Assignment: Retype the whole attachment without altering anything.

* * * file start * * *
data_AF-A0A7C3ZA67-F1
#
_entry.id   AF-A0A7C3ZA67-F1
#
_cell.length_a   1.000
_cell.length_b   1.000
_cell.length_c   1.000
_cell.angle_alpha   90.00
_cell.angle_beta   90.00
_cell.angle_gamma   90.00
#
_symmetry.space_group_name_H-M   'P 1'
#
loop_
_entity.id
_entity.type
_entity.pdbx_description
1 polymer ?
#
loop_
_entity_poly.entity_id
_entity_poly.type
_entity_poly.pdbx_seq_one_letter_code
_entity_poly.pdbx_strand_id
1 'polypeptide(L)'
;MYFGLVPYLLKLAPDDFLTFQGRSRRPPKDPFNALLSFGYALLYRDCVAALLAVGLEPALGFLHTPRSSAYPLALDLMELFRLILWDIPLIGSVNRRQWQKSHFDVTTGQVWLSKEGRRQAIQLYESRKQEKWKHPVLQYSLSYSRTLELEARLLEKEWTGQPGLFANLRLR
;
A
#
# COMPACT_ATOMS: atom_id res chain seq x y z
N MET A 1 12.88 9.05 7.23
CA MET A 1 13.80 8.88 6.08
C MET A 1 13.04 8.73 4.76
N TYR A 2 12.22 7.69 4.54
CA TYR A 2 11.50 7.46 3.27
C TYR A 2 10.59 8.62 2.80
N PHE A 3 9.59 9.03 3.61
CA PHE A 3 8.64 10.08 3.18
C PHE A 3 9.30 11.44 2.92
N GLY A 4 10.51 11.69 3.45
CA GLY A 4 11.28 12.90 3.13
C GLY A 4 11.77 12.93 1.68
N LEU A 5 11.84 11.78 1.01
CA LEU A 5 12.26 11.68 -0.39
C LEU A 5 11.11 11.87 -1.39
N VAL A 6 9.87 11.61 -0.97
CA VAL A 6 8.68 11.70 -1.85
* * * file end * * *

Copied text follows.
data_AF-A0A7C3ZA67-F1
#
_entry.id   AF-A0A7C3ZA67-F1
#
_cell.length_a   1.000
_cell.length_b   1.000
_cell.length_c   1.000
_cell.angle_alpha   90.00
_cell.angle_beta   90.00
_cell.angle_gamma   90.00
#
_symmetry.space_group_name_H-M   'P 1'
#
loop_
_entity.id
_entity.type
_entity.pdbx_description
1 polymer ?
#
loop_
_entity_poly.entity_id
_entity_poly.type
_entity_poly.pdbx_seq_one_letter_code
_entity_poly.pdbx_strand_id
1 'polypeptide(L)'
;MYFGLVPYLLKLAPDDFLTFQGRSRRPPKDPFNALLSFGYALLYRDCVAALLAVGLEPALGFLHTPRSSAYPLALDLMELFRLILWDIPLIGSVNRRQWQKSHFDVTTGQVWLSKEGRRQAIQLYESRKQEKWKHPVLQYSLSYSRTLELEARLLEKEWTGQPGLFANLRLR
;
A
#
# COMPACT_ATOMS: atom_id res chain seq x y z
N MET A 1 12.88 9.05 7.23
CA MET A 1 13.80 8.88 6.08
C MET A 1 13.04 8.73 4.76
N TYR A 2 12.22 7.69 4.54
CA TYR A 2 11.50 7.46 3.27
C TYR A 2 10.59 8.62 2.80
N PHE A 3 9.59 9.03 3.61
CA PHE A 3 8.64 10.08 3.18
C PHE A 3 9.30 11.44 2.92
N GLY A 4 10.51 11.69 3.45
CA GLY A 4 11.28 12.90 3.13
C GLY A 4 11.77 12.93 1.68
N LEU A 5 11.84 11.78 1.01
CA LEU A 5 12.26 11.68 -0.39
C LEU A 5 11.11 11.87 -1.39
N VAL A 6 9.87 11.61 -0.97
CA VAL A 6 8.68 11.70 -1.85